How to Help Your Child Understand Addiction

family parenting

There are different reasons why people drink or take drugs. It’s easier to help an alcoholic or addict if you understand why they do so. This is because you can 1) agree with him on the reason that drives him to consume (i.e. his goal), which helps to establish a bond of trust with him, and then 2) find a healthier way to achieve the same goal.

The Common Reasons

Here are the common reasons (and corresponding solutions) for addiction:

  • Boredom, curiosity and the desire to have fun. In this case, you can help your child find more suitable ways that involve other activities (e.g. sports, arts, etc.).
  • The pressure of the group and the willingness to integrate into a group of comrades. In this case, you can help your child find healthier ways to be accepted by his peers or find a different group of friends.
  • Managing stress at home, at work, at school or in relationships with others. In this case, you can help your child:
  • Recognize these stresses,
  • Find ways to reduce them,
  • Dealing with it

You may be an integral part of the stress your child is experiencing. If so, it’s actually a good thing, because now you can do something about it.

Seeking a Remedy

Sometimes the child seeks to remedy an underlying condition such as depression, anxiety, insomnia, or lack of concentration. Unfortunately, while an illicit drug can temporarily soothe these conditions, they are sure to cause long-term problems. This is the case, for example, in depressed adolescents who use ecstasy and marijuana to improve their mood, in university students who suffer from anxiety and insomnia and who overcomes it by using alcohol, or high school student who discovers that nicotine and marijuana help him concentrate. In these cases, it is important to find healthier ways to address these underlying conditions. Start by seeing your child’s doctor.

The Studies

Studies show that many teens will at least experience alcohol and drugs. Don’t get discouraged. There are many things parents and caregivers can do to reduce the risk. Learn about drugs and drug use among children and young people. There are a large number of good websites on the subject. You can learn as much as possible from a local recovery center too. 

Developing Relationships

Develop good relationships with your children before they become teenagers. Have a great time with them while they are still young and want to spend time with you! Eat at least one meal a day together as a family. With our busy schedules today, it can be really difficult to put this measure in place, but it’s important. Studies show that families who eat at least one meal a day together have children who are less likely to struggle with drugs or alcohol (although it’s unclear whether this is a cause or an effect).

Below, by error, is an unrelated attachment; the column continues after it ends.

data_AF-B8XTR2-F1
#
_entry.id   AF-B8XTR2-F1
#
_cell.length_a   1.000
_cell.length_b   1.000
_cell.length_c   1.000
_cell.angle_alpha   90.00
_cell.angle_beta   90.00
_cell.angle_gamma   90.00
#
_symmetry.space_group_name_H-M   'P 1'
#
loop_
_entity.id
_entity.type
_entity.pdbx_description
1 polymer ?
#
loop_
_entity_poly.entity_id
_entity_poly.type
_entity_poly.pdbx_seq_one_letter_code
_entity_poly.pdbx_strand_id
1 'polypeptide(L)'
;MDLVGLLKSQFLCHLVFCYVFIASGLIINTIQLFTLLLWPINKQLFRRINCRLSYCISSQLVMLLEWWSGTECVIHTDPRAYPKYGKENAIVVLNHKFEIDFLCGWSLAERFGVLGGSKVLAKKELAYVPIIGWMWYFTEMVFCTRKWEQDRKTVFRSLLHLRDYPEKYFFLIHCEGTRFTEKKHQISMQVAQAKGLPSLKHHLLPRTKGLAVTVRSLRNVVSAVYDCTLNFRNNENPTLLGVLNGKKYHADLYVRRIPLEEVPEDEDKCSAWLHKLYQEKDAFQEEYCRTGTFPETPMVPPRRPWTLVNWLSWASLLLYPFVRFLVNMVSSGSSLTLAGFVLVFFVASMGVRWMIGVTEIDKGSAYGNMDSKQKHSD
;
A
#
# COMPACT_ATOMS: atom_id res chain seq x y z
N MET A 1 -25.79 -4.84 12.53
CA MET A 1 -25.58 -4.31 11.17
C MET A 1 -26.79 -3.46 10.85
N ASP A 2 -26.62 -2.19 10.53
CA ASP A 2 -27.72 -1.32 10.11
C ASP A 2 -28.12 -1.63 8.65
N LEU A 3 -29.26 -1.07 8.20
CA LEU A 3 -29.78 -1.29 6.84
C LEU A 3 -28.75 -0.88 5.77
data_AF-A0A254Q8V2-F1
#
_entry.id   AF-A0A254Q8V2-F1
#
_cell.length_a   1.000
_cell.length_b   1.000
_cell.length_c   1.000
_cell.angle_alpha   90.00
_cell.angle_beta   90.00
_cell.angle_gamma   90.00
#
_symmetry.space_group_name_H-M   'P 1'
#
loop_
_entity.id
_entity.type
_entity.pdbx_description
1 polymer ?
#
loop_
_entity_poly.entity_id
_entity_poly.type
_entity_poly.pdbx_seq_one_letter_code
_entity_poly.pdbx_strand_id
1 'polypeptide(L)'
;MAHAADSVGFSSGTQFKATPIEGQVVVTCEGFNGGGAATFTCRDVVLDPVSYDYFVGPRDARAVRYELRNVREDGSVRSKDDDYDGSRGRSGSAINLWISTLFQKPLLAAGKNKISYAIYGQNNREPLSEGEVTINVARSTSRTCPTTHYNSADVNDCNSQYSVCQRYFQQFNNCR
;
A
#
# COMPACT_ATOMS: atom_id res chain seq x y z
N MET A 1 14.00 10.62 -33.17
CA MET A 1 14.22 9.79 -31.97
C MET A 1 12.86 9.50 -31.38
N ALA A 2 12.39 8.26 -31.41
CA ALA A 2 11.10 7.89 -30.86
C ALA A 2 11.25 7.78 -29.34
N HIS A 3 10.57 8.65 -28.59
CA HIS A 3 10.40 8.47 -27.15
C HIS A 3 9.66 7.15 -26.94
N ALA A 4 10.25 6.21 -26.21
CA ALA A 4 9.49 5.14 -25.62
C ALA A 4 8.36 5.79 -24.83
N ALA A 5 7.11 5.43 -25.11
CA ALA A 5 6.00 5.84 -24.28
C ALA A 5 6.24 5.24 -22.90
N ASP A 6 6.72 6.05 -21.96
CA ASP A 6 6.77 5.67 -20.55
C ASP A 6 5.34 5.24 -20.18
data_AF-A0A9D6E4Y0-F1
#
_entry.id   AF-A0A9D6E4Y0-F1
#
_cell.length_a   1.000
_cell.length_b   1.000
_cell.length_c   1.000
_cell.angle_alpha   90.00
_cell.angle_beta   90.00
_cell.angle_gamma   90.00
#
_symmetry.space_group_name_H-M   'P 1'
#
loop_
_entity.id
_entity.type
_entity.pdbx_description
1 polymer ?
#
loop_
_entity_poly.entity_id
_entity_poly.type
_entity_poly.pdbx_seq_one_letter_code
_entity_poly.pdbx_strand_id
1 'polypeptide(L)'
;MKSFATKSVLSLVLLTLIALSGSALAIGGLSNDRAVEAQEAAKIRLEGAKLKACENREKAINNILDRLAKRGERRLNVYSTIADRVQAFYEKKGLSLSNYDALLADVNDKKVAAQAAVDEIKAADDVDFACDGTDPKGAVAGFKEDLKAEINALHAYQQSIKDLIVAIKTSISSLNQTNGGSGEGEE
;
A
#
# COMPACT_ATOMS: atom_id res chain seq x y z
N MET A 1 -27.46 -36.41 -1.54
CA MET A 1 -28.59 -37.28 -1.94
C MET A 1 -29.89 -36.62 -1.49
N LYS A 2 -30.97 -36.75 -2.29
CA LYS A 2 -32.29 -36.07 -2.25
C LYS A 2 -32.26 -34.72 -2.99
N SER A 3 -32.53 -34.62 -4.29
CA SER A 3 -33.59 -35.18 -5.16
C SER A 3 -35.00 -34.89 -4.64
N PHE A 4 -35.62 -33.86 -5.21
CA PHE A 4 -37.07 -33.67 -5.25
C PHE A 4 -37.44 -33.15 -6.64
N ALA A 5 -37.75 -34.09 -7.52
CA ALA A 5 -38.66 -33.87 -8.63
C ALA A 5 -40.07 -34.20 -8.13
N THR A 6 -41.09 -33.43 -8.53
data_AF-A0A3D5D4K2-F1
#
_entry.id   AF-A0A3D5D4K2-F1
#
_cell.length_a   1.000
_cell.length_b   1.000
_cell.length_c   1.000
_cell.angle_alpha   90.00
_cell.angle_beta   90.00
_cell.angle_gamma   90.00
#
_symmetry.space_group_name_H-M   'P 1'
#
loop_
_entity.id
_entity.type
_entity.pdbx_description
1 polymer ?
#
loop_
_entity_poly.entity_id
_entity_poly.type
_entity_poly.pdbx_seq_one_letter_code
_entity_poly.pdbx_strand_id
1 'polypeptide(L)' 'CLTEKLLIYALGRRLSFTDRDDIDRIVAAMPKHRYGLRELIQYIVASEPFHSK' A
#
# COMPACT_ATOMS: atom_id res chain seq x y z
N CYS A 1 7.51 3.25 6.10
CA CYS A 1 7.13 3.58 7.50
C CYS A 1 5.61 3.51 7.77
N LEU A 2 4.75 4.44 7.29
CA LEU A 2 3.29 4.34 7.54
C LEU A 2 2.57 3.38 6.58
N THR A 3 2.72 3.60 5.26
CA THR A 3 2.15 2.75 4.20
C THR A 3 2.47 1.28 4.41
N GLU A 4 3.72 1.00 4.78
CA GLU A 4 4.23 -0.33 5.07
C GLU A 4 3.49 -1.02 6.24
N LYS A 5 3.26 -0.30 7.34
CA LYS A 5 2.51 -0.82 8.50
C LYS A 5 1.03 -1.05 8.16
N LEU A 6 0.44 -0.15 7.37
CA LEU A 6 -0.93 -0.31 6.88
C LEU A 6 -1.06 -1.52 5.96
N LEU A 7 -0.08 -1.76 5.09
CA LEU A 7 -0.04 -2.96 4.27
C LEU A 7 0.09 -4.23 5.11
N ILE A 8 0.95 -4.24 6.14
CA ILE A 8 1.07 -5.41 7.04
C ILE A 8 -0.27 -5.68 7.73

Talk to Your Kids

Learn how to talk to your children so that they listen to you and how to listen to them so that they talk to you. Let them talk to you freely about their emotions. Do not lecture them or make long speeches. Create a comforting environment in which your children feel comfortable confiding in you about the stresses and problems they are experiencing.

Strengthen Their Confidence

Strengthen their self-esteem and self-confidence, which will help your children resist group pressure and know how to say no. Value perseverance. Pay attention to situations in which your child has gone to great lengths for something, regardless of the outcome. If your child succeeds, praise them, but value the efforts they put in, not the result. For example, if your child studies a lot and gets good grades, value the time they spent studying, not the right grades. In the same way, if your child works hard, but gets a poor grade, remember to always value the effort he has put into it.

Teach Them How To Make Decisions

Teach your child to make their own decisions. Whenever possible, give your child the opportunity to make their own choices instead of just telling them what to do. Thus, later, when faced with similar situations, this independence will allow him to make his own decisions instead of waiting for others to do it for him. Click here for more information so that you know how to handle this kind of situation with your kids.

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